## SIMD Performance

That system's DDR4-3200 should have a peak transfer rate of 25 GB/s. The 23 GB/s processing is more-or-less maxing out memory bandwidth (but it's probably dual channel, so double that is possible?).

The sum array is a very minimal calculation: anything more complex (e.g. dot product) is going to be more processor-limited.

## SIMD Performance

Aside: GDB can print the contents of a SIMD register, but it doesn't know the type of the contents so you have to.

(gdb) print $ymm0$2 = {v16_bfloat16 = {-1.075e+08, 0.09961, -1.075e+08, 0.1992, -1.592e-23, 0.2988, -1.075e+08, 0.3984, 0, 0.5, -1.592e-23, 0.5977, 4.168e-08, 0.6992, -1.075e+08, 0.7969}, v16_half = {
-19.203, 1.4492, -19.203, 1.5742, -0.0027351, 1.6494, -19.203, 1.6992, 0, 1.75, -0.0027351, 1.7744, 0.22498, 1.7998, -19.203, 1.8242},
v8_float = {0.100000001, 0.200000003, 0.300000012, 0.400000006, 0.5, 0.600000024, 0.699999988, 0.800000012},
v4_double = {1.3411048210842936e-08, 3.4332283476601335e-06, 9.7656287607605918e-05, 0.00087890645809238774}, v32_int8 = {-51,
-52, -52, 61, -51, -52, 76, 62, -102, -103, -103, 62, -51, -52, -52, 62, 0, 0, 0, 63, -102, -103, 25, 63, 51, 51, 51, 63, -51, -52, 76, 63}, v16_int16 = {-13107, 15820, -13107, 15948,
-26214, 16025, -13107, 16076, 0, 16128, -26214, 16153, 13107, 16179, -13107, 16204}, v8_int32 = {1036831949, 1045220557, 1050253722, 1053609165, 1056964608, 1058642330, 1060320051,
1061997773}, v4_int64 = {4489188110458735821, 4525216907491121562, 4546834186568204288, 4561245704520151859}, v2_int128 = {83475518170512110947896037946428280013,
84140132168590259879230348149687058432}}

These were single-precision float, so v8_float (vector of 8 float) was the right interpretation.

## Vectorclass Library

Actually writing assembly with the SIMD instructions becomes complex quickly.

There are a few reasons you don't generally need to…

## Vectorclass Library

The compiler might help [later topic: “compiler optimization”]. You might also be able to use a library to help.

As an example, Agner Fog's vectorclass library. It lets you explicitly access SIMD functionality from C++, in a way that can be directly translated to SIMD instructions.

## Vectorclass Library

git clone --branch v2.02.01 https://github.com/vectorclass/version2 vectorclass

#include "vectorclass.h"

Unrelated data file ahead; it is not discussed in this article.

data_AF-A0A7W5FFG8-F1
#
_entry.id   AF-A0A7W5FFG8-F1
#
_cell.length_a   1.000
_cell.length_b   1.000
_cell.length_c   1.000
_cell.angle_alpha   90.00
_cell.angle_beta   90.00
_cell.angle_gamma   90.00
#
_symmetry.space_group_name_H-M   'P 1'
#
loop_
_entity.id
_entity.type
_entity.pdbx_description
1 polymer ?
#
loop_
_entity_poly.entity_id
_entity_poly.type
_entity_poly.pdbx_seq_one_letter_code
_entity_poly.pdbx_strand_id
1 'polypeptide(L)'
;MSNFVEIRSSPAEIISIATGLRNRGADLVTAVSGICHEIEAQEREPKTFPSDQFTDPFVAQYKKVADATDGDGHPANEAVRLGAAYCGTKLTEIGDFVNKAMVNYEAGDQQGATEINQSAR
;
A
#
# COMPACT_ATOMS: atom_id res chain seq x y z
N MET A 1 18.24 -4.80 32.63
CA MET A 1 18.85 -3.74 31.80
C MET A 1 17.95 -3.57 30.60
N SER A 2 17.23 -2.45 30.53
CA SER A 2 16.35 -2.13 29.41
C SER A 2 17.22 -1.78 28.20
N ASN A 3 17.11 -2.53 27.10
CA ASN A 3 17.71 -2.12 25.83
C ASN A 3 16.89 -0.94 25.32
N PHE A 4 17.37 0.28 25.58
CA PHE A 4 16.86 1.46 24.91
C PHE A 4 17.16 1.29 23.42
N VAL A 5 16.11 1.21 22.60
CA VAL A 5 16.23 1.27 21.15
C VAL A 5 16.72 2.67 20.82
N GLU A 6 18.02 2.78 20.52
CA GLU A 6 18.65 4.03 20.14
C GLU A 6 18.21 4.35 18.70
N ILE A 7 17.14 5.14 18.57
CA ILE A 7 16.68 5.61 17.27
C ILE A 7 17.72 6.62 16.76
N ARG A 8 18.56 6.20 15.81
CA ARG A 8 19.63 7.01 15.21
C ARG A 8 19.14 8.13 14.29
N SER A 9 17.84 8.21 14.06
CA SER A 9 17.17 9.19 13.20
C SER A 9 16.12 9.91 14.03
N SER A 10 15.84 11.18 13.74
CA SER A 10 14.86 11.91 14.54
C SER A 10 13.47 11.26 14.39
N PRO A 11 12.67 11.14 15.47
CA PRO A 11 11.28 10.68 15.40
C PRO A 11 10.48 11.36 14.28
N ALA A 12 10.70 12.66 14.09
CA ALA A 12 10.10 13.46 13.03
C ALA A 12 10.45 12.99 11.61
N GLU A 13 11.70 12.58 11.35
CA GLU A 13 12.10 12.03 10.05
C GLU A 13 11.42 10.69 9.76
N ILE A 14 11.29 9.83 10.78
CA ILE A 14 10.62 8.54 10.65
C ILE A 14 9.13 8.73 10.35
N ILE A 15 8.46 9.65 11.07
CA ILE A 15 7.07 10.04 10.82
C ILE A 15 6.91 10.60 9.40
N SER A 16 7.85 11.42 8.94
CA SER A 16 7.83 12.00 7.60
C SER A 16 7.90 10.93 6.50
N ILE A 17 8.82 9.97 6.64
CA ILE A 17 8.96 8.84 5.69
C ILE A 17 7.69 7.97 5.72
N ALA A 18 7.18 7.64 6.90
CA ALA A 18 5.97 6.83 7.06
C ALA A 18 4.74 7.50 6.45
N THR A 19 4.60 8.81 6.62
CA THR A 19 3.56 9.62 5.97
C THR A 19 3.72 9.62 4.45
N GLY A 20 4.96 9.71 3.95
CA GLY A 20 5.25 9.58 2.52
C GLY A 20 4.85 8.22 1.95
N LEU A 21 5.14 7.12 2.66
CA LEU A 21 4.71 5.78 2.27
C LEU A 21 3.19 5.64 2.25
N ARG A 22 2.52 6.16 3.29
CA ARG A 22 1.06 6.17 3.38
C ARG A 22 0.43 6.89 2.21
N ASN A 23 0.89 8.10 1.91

And when compiling, search that directory:

g++ -Ivectorclass …

## Vectorclass Library

The library provides C++ types to represent values packed into the SIMD registers. The 256-bit-wide types we're most interested in:

TypeContentsNumber
Vec4qint64_t4
Vec8iint32_t8
Vec16sint16_t16
Vec4ddouble4
Vec8ffloat8

## Vectorclass Library

Any of those types can be initialized by a constructor that takes either a single constant to put the same value in all of the fields (i.e. broadcast), or n values to set each field.

Vec8f acc = Vec8f(0.0);
Vec8f numbers = Vec8f(0, 1, 2, 3, 4, 5, 6, 7);

## Vectorclass Library

For basic operations, the operators you expect are overloaded to do element-by-element operations on the values.

e.g. these represent eight additions and multiplications:

acc += numbers;
acc = acc * numbers;

With the values initialized as on the last slide, we expect acc to be these eight single-precision values:

0.0, 1.0, 4.0, 9.0, 16.0, 25.0, 36.0, 49.0

## Vectorclass Library

Is it? We can index individual values out of the vector and look:

void print_float_vec(Vec8f v) {
cout << "{ ";
for( unsigned i=0; i < v.size(); i++ ) {
cout << v[i] << ' ';
}
cout << "}\n";
}

Yes.

{ 0 1 4 9 16 25 36 49 }

## Vectorclass Library

Operations with this library are still very low-level: we're usually getting one assembly instruction per C++ operation. (e.g. still have to write the loops, deal with the end of the array if length not divisible by the vector register size, etc.)

But they're a lot easier to spell, and we get type checks to catch many mistakes.

## Vectorclass Library

e.g. this will fail to compile.

Vec8f singles = …;
Vec4d doubles = …;
doubles += singles;
error: no match for ‘operator+=’ (operand types are
‘Vec4d’ and ‘Vec8f’)

Analogous assembly would assemble, run, and produce incoherent results.

## Vectorclass Library

The types have a .load method that can load values from a memory location into a SIMD register (the vmovupd instruction or similar). They take a pointer to the corresponding number/​type of values:

double array[8] = {0, 10, 20, 30, 40, 50, 60, 70};
Vec4d a, b;
b.load(array + 4);

After that, we expect a and b to contain:

{ 0 10 20 30 }
{ 40 50 60 70 }

## Vectorclass Library

Also .store() to write a register to memory. There are convenience functions for useful operations.

Most notably, horizontal_add which adds the values from the register. With it, we can re-implement the sum of array values in C++…

## Vectorclass Library

float array_sum_vc(float* array, uint64_t length) {
assert(length % 8 == 0);
Vec8f acc = Vec8f(0);
Vec8f tmp;
for (uint64_t i = 0; i < length; i += 8) {
}
Notes: assumes length is divisible by 8; must explicitly load values from memory into (we assume) a %ymmn register.